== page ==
Browsing All posts tagged under »space rock«

Cyberchump – Flutter And Flow (ambient rock)

July 4, 2013

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Cyberchump, according to their website, ‘is an electro-organic duo that explores aural soundscapes of rhythm and moment’. While my rarely dormant inner pedant is keen to learn what other kinds of soundscape might exist, this gives a fair sense of the textures to be heard on Flutter And Flow. The music is far from ambient; it has a strong skeletal structure, but it is clearly directed at the exploration of atmosphere, rather than the articulation of narrative, or the erotic power of groove. There are plenty of signs of instrumental agency remaining in the music, which risks an audience …

Plum Flower Embroidery – Naki Bone Jangle (psychedelic)

June 9, 2012

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I did a little bit of ‘research’ (a word that used to mean research, and now means believing the first thing you see on the internet), imagining that Naki Bone Jangle would turn out to refer to a ritual noise-maker made from bones by members of a native American tribe. Well, that may be the case, but I couldn’t find any reference to it. I could always have asked Richard Knutson to explain, but I think it’s worth trying to understand a recording as released; this one is enigmatic on many levels, and that is clearly a central plank of its meanings. Plum Flower Embroidery is a one man project, of the sort that I would almost certainly not have come across were it not for the way the internet has turned out…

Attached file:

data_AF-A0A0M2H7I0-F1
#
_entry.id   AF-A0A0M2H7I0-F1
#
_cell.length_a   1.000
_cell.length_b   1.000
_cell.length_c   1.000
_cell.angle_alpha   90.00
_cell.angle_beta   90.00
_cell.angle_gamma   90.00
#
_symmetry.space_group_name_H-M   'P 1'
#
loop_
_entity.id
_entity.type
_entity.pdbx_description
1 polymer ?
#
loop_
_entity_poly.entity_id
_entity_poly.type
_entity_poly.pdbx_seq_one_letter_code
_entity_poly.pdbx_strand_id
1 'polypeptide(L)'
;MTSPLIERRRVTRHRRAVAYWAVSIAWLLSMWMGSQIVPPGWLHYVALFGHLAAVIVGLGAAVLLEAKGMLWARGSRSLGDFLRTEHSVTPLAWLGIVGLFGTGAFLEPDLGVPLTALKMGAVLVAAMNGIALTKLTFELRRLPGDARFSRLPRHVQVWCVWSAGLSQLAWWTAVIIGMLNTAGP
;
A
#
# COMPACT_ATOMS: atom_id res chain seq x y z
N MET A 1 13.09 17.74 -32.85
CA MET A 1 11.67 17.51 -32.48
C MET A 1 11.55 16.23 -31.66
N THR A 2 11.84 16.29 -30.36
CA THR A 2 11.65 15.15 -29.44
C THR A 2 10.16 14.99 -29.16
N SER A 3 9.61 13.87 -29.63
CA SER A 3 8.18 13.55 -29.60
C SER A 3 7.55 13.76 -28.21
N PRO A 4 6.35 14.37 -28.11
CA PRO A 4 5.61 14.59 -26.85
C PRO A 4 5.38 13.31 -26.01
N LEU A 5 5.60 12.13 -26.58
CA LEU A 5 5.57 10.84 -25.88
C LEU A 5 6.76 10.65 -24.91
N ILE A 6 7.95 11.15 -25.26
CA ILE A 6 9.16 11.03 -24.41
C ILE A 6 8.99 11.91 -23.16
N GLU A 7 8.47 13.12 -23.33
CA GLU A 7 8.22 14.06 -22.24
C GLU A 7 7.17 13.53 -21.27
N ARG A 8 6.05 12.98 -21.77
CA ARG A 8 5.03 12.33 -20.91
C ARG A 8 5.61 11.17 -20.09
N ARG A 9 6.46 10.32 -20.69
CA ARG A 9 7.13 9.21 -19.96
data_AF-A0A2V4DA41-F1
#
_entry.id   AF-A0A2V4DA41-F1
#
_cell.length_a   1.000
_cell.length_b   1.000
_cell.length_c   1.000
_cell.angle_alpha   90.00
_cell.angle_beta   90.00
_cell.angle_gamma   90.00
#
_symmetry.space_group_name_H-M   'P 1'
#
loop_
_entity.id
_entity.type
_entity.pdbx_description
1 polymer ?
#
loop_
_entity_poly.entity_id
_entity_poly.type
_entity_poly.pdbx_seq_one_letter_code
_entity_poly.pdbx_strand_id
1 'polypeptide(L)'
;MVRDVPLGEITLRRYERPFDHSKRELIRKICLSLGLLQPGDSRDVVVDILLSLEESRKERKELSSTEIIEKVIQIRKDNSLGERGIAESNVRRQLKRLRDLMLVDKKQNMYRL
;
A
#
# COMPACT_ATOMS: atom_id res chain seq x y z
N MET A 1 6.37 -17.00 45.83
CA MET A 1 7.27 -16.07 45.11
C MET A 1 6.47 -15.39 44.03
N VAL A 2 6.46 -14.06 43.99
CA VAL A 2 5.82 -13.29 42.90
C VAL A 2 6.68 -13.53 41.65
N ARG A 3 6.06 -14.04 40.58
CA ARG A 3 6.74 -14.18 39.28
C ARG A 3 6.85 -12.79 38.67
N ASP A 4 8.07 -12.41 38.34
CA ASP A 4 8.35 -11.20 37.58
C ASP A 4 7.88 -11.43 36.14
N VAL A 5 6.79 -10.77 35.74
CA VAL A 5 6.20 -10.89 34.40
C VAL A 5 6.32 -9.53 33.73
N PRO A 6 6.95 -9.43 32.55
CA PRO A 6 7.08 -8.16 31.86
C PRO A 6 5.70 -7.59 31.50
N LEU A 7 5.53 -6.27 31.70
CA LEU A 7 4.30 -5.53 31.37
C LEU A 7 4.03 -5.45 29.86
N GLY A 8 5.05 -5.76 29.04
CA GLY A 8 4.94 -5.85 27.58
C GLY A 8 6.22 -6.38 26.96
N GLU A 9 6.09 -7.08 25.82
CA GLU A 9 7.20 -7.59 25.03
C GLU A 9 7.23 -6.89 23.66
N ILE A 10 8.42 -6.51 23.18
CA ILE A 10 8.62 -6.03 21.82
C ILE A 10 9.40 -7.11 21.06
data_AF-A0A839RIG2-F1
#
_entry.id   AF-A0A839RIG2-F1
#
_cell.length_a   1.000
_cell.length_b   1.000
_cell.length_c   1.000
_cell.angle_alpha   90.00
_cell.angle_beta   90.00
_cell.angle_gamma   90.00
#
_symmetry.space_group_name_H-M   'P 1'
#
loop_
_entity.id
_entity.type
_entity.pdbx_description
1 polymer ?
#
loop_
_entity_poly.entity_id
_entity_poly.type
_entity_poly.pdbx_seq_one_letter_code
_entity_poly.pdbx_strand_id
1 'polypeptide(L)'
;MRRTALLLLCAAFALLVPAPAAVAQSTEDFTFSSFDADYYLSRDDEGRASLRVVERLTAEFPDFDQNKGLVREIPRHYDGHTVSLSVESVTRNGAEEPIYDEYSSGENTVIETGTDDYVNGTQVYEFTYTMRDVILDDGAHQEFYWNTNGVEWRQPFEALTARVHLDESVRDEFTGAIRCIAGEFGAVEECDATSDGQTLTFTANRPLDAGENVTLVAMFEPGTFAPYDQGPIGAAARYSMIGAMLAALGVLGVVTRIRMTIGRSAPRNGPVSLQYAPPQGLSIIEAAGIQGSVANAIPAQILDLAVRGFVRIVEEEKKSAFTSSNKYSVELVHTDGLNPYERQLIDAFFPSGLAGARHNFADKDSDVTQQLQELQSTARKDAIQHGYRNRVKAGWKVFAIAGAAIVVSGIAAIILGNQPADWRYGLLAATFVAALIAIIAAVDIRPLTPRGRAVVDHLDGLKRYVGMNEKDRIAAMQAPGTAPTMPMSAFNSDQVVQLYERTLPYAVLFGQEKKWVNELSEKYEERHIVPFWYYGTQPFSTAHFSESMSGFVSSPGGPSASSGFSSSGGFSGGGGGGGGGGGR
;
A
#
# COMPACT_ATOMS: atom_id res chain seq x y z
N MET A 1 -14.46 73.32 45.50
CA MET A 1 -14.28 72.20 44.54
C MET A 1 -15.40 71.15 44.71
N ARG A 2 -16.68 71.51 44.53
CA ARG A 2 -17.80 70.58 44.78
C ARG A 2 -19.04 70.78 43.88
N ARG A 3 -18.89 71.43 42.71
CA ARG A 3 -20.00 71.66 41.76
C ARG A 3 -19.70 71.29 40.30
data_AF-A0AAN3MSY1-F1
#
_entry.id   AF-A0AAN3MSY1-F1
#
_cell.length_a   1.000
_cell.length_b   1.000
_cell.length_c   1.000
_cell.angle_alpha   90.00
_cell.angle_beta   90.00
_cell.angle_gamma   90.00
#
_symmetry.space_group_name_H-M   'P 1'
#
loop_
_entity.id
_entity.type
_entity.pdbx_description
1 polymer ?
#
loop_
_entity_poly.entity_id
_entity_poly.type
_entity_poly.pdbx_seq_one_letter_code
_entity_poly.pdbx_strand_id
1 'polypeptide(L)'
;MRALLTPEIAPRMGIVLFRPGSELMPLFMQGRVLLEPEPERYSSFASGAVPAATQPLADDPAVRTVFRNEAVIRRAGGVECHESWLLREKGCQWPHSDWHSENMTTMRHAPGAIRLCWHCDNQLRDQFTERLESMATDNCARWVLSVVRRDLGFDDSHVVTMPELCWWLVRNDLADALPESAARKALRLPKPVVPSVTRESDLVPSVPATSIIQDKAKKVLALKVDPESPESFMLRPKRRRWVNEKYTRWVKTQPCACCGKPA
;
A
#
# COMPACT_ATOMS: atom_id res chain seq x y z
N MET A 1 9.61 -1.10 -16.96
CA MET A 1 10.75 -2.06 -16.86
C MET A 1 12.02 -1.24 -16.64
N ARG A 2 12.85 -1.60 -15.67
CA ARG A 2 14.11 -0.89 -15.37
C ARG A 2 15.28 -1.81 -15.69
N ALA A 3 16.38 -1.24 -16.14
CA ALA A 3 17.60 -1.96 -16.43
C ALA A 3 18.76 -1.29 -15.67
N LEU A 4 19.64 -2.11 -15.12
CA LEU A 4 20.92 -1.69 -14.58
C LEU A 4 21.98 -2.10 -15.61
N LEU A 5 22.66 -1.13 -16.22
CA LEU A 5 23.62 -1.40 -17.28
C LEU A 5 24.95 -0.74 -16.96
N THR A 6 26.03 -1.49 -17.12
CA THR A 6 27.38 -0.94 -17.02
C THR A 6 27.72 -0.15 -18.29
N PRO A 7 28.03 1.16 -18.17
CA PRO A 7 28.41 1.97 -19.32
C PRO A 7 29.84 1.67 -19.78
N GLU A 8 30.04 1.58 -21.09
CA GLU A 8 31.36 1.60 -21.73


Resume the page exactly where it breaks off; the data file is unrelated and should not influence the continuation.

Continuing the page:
Astralfish – Far Corners (space rock)

May 3, 2012

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Labeling this record as ‘space rock’, as I have above, is a bit like an American telling you that they’re Italian, or Polish or Armenian. I don’t have to write anything after the title, and I’m never trying to ascribe any particular set of characteristics when I do so, but it serves as a useful guide to those among my readers that are utterly convinced they have no interest in anything that could be labelled ‘metal’ for example, or ‘hip-hop’. That is, it serves a mainly negative purpose, because if you are likely to enjoy it, a genre label tells you virtually nothing about a piece of music. Far Corners is a space rock record in the way a fifth-generation suburban American realtor from Hackensack, New Jersey might be Irish.